2. says:

    It made me want to re read Nabokov very much and it made me want to write multilayered works with unreliable narrators very much So in those respects it is a very good book It has an episodic structure, with each chapter being a self contained essay on one of Nabokov s works in English In that respect the title which seemed to me to promise an organised scholarly polemic is misleading As a consequence of this misunderstanding I was disappointed by the lack of a formal conclusion t It made me want to re read Nabokov very much and it made me want to write multilayered works with unreliable narrators very much So in those respects it is a very good book It has an episodic structure, with each chapter being a self contained essay on one of Nabokov s works in English In that respect the title which seemed to me to promise an organised scholarly polemic is misleading As a consequence of this misunderstanding I was disappointed by the lack of a formal conclusion the book simply trails off at the end of the last episode in a way I found unsatsifactory The other thing that irritated me enough to make me lay the book down for half a day was Wood s assertion that a student s statement that when reading he skips bit so as not to be influenced by the author was a self evidently ridiculous statement, rather than a clumsy outline of a perfectly rational strategy for constructing valid readings of a text Garfield minus Garfield, anyone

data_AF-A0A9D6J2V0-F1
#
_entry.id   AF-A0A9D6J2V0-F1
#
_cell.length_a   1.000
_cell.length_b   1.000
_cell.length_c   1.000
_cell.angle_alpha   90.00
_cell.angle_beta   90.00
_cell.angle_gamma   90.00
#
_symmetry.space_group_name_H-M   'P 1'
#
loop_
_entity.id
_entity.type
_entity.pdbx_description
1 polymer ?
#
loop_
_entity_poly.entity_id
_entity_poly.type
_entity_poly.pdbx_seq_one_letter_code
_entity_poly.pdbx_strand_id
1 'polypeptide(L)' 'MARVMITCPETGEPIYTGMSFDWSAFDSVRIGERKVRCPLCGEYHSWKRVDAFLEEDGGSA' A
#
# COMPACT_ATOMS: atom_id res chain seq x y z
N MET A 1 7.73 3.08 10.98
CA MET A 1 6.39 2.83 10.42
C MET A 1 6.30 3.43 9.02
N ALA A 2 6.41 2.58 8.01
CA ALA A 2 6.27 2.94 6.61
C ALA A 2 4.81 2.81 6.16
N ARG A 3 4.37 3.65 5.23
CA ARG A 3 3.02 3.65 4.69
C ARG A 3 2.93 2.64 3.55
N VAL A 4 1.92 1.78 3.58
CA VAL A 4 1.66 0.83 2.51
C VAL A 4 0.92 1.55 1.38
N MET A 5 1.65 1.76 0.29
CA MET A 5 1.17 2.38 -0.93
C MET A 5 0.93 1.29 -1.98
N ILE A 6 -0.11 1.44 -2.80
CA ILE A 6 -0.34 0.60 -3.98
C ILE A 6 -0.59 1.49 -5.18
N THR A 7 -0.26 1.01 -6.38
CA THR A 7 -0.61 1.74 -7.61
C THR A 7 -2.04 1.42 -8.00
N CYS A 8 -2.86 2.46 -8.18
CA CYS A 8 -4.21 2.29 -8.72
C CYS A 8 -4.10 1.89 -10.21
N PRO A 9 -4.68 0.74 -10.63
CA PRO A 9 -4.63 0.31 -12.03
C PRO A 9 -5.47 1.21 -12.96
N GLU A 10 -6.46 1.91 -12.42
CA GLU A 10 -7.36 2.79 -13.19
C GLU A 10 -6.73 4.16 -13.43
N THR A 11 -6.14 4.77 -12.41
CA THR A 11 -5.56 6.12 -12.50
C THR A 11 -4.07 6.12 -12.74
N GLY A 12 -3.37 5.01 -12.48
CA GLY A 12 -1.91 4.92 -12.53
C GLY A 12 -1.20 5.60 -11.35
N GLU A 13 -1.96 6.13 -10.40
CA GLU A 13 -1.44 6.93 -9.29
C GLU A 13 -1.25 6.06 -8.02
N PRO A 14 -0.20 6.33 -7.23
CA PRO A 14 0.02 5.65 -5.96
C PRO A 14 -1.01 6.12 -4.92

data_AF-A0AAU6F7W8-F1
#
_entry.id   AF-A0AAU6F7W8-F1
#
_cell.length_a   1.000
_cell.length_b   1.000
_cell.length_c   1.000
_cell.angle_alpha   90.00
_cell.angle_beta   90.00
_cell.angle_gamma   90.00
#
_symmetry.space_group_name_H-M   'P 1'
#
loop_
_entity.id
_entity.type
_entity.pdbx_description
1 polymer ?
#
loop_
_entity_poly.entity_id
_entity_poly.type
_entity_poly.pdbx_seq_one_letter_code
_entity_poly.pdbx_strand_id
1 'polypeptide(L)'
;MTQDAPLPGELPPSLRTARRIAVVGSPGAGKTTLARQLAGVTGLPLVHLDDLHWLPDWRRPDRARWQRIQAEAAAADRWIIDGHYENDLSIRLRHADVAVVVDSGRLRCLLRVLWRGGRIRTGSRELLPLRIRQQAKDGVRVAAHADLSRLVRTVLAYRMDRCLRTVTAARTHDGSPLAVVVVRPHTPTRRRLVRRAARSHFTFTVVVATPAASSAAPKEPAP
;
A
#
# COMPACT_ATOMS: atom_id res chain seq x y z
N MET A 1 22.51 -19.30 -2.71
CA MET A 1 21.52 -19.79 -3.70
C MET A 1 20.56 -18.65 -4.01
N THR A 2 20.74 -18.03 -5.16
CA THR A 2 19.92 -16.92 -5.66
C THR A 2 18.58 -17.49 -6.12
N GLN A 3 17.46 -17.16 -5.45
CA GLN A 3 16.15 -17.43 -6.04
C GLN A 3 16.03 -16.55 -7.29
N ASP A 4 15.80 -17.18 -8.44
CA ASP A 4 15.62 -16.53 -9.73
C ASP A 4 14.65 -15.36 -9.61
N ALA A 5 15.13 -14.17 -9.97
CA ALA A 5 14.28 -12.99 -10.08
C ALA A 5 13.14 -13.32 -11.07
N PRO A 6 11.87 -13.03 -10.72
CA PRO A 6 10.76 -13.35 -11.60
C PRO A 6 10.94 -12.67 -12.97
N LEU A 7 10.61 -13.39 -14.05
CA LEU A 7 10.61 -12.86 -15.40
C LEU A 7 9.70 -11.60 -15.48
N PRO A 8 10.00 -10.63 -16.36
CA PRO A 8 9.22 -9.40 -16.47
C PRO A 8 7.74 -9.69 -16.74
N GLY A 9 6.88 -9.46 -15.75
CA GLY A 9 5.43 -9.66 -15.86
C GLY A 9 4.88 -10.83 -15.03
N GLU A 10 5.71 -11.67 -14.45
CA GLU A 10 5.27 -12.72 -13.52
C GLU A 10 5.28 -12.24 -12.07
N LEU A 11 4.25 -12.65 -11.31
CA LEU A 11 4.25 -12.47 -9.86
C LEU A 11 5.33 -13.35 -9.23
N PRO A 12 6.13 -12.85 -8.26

3. says:

    This weekend I was reading a few of Nabokov s Collected Stories, and turned back to Wood s inspired reading of Nabokov s novels According to my inscription in the front of the book, I first read it in October 1995 and I seem to have forgotten all of it, which isn t so bad since I got to read it again After my recent re read of Pale Fire, I m impressed by Wood s analysis he moves beyond the usual marveling at Nabokov s chess puzzle plots, wicked genius, synesthetic vocabulary, etc and puts This weekend I was reading a few of Nabokov s Collected Stories, and turned back to Wood s inspired reading of Nabokov s novels According to my inscription in the front of the book, I first read it in October 1995 and I seem to have forgotten all of it, which isn t so bad since I got to read it again After my recent re read of Pale Fire, I m impressed by Wood s analysis he moves beyond the usual marveling at Nabokov s chess puzzle plots, wicked genius, synesthetic vocabulary, etc and puts his finger on the pulse of pain, the demons of pity that haunt his work As much as I appreciate Brian Boyd and Michael Maar, Wood s book is a marvel of its own

  4. says:

    Anna you have to read this Such a wonderful critical effort, skillfully literary biographical.